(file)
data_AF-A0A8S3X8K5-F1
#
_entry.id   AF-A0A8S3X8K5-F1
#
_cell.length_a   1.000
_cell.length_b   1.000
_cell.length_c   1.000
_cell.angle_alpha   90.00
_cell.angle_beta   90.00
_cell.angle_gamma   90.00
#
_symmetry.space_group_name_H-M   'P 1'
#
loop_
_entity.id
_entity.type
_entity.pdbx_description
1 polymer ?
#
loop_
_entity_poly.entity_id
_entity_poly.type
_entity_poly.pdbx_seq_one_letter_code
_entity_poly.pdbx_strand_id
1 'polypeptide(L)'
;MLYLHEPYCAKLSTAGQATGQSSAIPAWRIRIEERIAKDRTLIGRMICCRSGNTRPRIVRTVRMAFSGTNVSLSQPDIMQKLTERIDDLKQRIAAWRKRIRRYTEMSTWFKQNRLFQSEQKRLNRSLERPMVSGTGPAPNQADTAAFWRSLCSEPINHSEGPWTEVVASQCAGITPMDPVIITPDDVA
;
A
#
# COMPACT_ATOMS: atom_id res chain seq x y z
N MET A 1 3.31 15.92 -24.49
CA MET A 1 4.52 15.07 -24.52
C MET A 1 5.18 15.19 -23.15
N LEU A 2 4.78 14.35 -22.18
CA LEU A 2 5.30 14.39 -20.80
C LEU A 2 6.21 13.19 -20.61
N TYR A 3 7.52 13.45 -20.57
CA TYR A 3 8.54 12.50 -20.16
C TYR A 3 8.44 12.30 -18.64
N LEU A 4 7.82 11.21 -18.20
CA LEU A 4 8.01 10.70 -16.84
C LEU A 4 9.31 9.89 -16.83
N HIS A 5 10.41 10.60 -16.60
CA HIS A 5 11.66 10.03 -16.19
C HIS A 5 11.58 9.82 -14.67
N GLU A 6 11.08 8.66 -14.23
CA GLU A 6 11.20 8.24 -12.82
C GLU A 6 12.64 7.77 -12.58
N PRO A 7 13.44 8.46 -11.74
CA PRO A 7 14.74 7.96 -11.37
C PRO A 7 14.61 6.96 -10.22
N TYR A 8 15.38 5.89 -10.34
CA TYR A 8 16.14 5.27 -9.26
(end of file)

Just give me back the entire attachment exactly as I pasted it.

data_AF-A0A8S3X8K5-F1
#
_entry.id   AF-A0A8S3X8K5-F1
#
_cell.length_a   1.000
_cell.length_b   1.000
_cell.length_c   1.000
_cell.angle_alpha   90.00
_cell.angle_beta   90.00
_cell.angle_gamma   90.00
#
_symmetry.space_group_name_H-M   'P 1'
#
loop_
_entity.id
_entity.type
_entity.pdbx_description
1 polymer ?
#
loop_
_entity_poly.entity_id
_entity_poly.type
_entity_poly.pdbx_seq_one_letter_code
_entity_poly.pdbx_strand_id
1 'polypeptide(L)'
;MLYLHEPYCAKLSTAGQATGQSSAIPAWRIRIEERIAKDRTLIGRMICCRSGNTRPRIVRTVRMAFSGTNVSLSQPDIMQKLTERIDDLKQRIAAWRKRIRRYTEMSTWFKQNRLFQSEQKRLNRSLERPMVSGTGPAPNQADTAAFWRSLCSEPINHSEGPWTEVVASQCAGITPMDPVIITPDDVA
;
A
#
# COMPACT_ATOMS: atom_id res chain seq x y z
N MET A 1 3.31 15.92 -24.49
CA MET A 1 4.52 15.07 -24.52
C MET A 1 5.18 15.19 -23.15
N LEU A 2 4.78 14.35 -22.18
CA LEU A 2 5.30 14.39 -20.80
C LEU A 2 6.21 13.19 -20.61
N TYR A 3 7.52 13.45 -20.57
CA TYR A 3 8.54 12.50 -20.16
C TYR A 3 8.44 12.30 -18.64
N LEU A 4 7.82 11.21 -18.20
CA LEU A 4 8.01 10.70 -16.84
C LEU A 4 9.31 9.89 -16.83
N HIS A 5 10.41 10.60 -16.60
CA HIS A 5 11.66 10.03 -16.19
C HIS A 5 11.58 9.82 -14.67
N GLU A 6 11.08 8.66 -14.23
CA GLU A 6 11.20 8.24 -12.82
C GLU A 6 12.64 7.77 -12.58
N PRO A 7 13.44 8.46 -11.74
CA PRO A 7 14.74 7.96 -11.37
C PRO A 7 14.61 6.96 -10.22
N TYR A 8 15.38 5.89 -10.34
CA TYR A 8 16.14 5.27 -9.26